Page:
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Determining Damages in a Personal Injury Claim

The amount of damages that you can recover in a personal injury claim will depend upon the type of claim that you are filing, the amount of harm that you have suffered, and whether you are found partially negligent for the damages that you have incurred. Understanding how all of these factors can play a role in your total damages amount is very important; an attorney can help.

Damages Differ By Claim Type

The types of damages that you are able to recover will differ dramatically based on the type of personal injury claim you file. For example, consider a product liability case where a dangerous pharmaceutical is the cause of a victim’s heart attack. In this case type, the victim may be able to recover compensation for medical expenses, future medical expenses, pain and suffering, and any other financial losses, such as lost wages, related to the injury.

However, if the victim were to die based on the defective pharmaceutical, then those who are responsible for bringing forth a suit are the deceased’s surviving family member. As such, the defective family member can not only recover the compensation above, but may also recover compensation for his or her pain and suffering, loss of consortium, loss of guidance, etc.

Yet another claim type where damages is an intentional tort. In intentional torts where an injury is sustained by the victim, then the victim can recover the same compensation types as a standard personal injury claim. However, in some cases, such as a trespass to chattel case, no injury may be sustained. When this is the case, the plaintiff may recover compensation for the loss of value of the property, as well as emotional anguish. In some cases, punitive damages may also be recoverable.

Punitive damages are those damages that must be paid by the defendant, per the court’s order, to the victim, in order to punish the defendant for his or her egregious conduct. While some states limit the amount of punitive damages that a plaintiff may recover–or prohibit punitive damages entirely–jury instructions provided by the Arizona Bar Association instead read that it is up to the jury’s discretion.

The Amount of Harm that You Have Suffered

Of course, one of the other factors that will affect your damages in a personal injury claim in the amount of harm that you have suffered. In a perfect case where the other party is found completely at fault, you will be able to recover the total value of your injuries. In regards to economic damages, this means recovery of all monies spent or to be spent.

How future economic damages are calculated is, of course, much harder to determine than is the amount of money that has already been losed. Future damages are often based on a specific formula. For example, future lost wages may be calculated by taking your average weekly wage before the injury and multiplying it by the number of weeks that you were estimated to continue working in the future had injury not occurred.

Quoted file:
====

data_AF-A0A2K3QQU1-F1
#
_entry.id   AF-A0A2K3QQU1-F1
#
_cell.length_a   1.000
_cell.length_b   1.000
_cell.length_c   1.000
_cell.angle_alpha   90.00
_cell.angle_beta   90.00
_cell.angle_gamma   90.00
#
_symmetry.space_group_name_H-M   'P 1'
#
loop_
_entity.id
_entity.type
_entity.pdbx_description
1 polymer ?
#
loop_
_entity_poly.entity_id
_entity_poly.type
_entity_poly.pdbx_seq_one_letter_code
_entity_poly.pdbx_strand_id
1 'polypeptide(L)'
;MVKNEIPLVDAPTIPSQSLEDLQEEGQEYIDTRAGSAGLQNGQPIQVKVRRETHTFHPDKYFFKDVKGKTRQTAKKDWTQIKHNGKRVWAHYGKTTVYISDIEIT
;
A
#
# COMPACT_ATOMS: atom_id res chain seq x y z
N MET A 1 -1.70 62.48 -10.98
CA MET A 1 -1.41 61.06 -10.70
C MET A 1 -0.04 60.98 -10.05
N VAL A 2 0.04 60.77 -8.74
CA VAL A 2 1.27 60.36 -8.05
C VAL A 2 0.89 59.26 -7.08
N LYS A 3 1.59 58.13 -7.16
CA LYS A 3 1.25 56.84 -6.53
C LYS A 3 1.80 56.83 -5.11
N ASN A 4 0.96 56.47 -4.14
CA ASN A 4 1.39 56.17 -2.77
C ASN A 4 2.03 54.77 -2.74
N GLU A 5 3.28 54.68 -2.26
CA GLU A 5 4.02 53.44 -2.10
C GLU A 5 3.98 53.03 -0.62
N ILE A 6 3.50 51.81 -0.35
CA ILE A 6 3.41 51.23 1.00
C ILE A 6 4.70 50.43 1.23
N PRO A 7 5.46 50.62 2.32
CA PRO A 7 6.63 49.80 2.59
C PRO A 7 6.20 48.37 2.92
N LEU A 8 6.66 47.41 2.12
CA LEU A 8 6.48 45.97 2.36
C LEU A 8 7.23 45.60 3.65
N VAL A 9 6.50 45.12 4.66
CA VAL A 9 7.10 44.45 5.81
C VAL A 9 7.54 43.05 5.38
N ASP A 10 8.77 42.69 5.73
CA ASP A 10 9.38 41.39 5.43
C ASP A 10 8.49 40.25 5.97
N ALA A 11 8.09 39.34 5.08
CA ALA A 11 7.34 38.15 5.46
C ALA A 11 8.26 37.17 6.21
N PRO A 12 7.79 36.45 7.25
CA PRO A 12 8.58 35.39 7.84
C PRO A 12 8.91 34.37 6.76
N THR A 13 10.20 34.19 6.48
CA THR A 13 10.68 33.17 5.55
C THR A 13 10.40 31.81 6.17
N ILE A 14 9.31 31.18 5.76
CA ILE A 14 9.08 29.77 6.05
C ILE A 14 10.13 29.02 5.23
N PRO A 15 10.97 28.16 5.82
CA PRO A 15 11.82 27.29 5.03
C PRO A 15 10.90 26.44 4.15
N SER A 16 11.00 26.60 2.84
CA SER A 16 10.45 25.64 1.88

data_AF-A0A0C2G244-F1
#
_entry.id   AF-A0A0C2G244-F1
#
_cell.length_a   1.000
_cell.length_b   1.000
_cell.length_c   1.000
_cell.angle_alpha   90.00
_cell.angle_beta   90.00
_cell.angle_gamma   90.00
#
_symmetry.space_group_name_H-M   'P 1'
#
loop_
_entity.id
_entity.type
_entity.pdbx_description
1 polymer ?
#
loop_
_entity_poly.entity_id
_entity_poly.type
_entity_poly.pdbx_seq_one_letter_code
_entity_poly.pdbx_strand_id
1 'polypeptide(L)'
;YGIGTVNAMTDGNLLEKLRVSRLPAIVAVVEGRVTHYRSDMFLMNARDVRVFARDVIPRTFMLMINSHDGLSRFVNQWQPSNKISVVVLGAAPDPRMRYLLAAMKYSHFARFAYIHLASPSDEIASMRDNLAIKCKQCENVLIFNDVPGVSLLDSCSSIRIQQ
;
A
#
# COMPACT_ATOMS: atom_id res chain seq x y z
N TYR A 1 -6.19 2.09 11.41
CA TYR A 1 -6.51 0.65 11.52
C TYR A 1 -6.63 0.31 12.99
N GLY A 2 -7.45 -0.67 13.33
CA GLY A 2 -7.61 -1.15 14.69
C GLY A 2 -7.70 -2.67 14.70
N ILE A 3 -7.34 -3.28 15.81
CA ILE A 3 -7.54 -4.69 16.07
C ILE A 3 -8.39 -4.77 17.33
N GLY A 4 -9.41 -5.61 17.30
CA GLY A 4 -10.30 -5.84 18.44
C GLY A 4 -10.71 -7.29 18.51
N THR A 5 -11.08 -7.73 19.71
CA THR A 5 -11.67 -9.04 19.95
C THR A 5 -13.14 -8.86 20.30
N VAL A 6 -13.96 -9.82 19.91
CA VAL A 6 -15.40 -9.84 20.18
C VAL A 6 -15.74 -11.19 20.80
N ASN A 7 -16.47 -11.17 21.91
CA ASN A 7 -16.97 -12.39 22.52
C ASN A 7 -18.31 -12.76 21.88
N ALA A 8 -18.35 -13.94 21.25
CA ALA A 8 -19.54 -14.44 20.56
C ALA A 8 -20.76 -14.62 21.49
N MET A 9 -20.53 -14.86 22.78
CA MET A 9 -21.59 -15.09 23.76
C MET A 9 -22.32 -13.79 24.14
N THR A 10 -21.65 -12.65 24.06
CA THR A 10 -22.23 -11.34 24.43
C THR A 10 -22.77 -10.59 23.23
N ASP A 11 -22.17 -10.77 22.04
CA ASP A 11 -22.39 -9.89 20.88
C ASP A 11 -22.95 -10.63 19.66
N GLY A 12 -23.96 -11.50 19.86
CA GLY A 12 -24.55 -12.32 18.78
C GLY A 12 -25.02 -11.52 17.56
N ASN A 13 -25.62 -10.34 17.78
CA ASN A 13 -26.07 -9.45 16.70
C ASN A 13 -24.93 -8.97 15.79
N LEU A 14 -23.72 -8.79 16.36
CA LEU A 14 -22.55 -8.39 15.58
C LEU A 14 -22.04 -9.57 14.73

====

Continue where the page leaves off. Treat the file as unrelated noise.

You may also be entitled to compensation for the total value of noneconomic losses that you have suffered. There are two ways to calculate damages for pain and suffering (or other noneconomic losses) in a personal injury suit: the multiplier method and the per diem method.

In the first method, a number is chosen (often the value of your medical expenses, past and future) and it is multiplied by a multiplier. The multiplier number can range, but is usually between 1.5 and 5; a higher number is assigned for more significant injury types. For example, if you incurred $300,000 in medical expenses, and your claim is multiplied by a multiplier of  3, then you will be entitled to $900,000 in pain and suffering damages. Knowing what your multiplier will be is very hard to determine without speaking with an attorney; even then, nothing is a guarantee.

The second method is the per diem method. Using the per diem method, you will use a daily rate and multiply it by the number of days that you suffered pain, or which you are expected to suffering pain. The daily rate is usually based on your daily income. For example, if you work 250 days per year, and your salary is $60,000, then your daily rate is roughly $240. If you suffer from pain and suffering for 52 weeks, or 365 days, then your per diem total is $87,600.

Your Own Negligence

As covered above, your own negligence can result in a reduction in your compensation amount. This law is known as comparative negligence, and follows that a defendant is only liable for a plaintiff’s injuries up to the percentage of fault that has been allocated towards the defendant. For example, consider the $87,600 worth of pain and suffering damages noted above. If the defendant is found to be 90 percent at fault for the plaintiff’s injuries, but not 100 percent, then the plaintiff may only recover $78,840 worth of compensation for pain and suffering, or 90 percent of $87,600.

The three factors above–the type of your personal injury claim, the extent of your injuries, and whether or not you are found to be partially at fault for your damages–are all very important when determining compensation in a personal injury claim.

As a note, there is a state prohibition on damage caps on Arizona. This means that the amount of money that you are potentially able to recover in a personal injury claim is, technically, limitless.

Personal Injury Statute of Limitations

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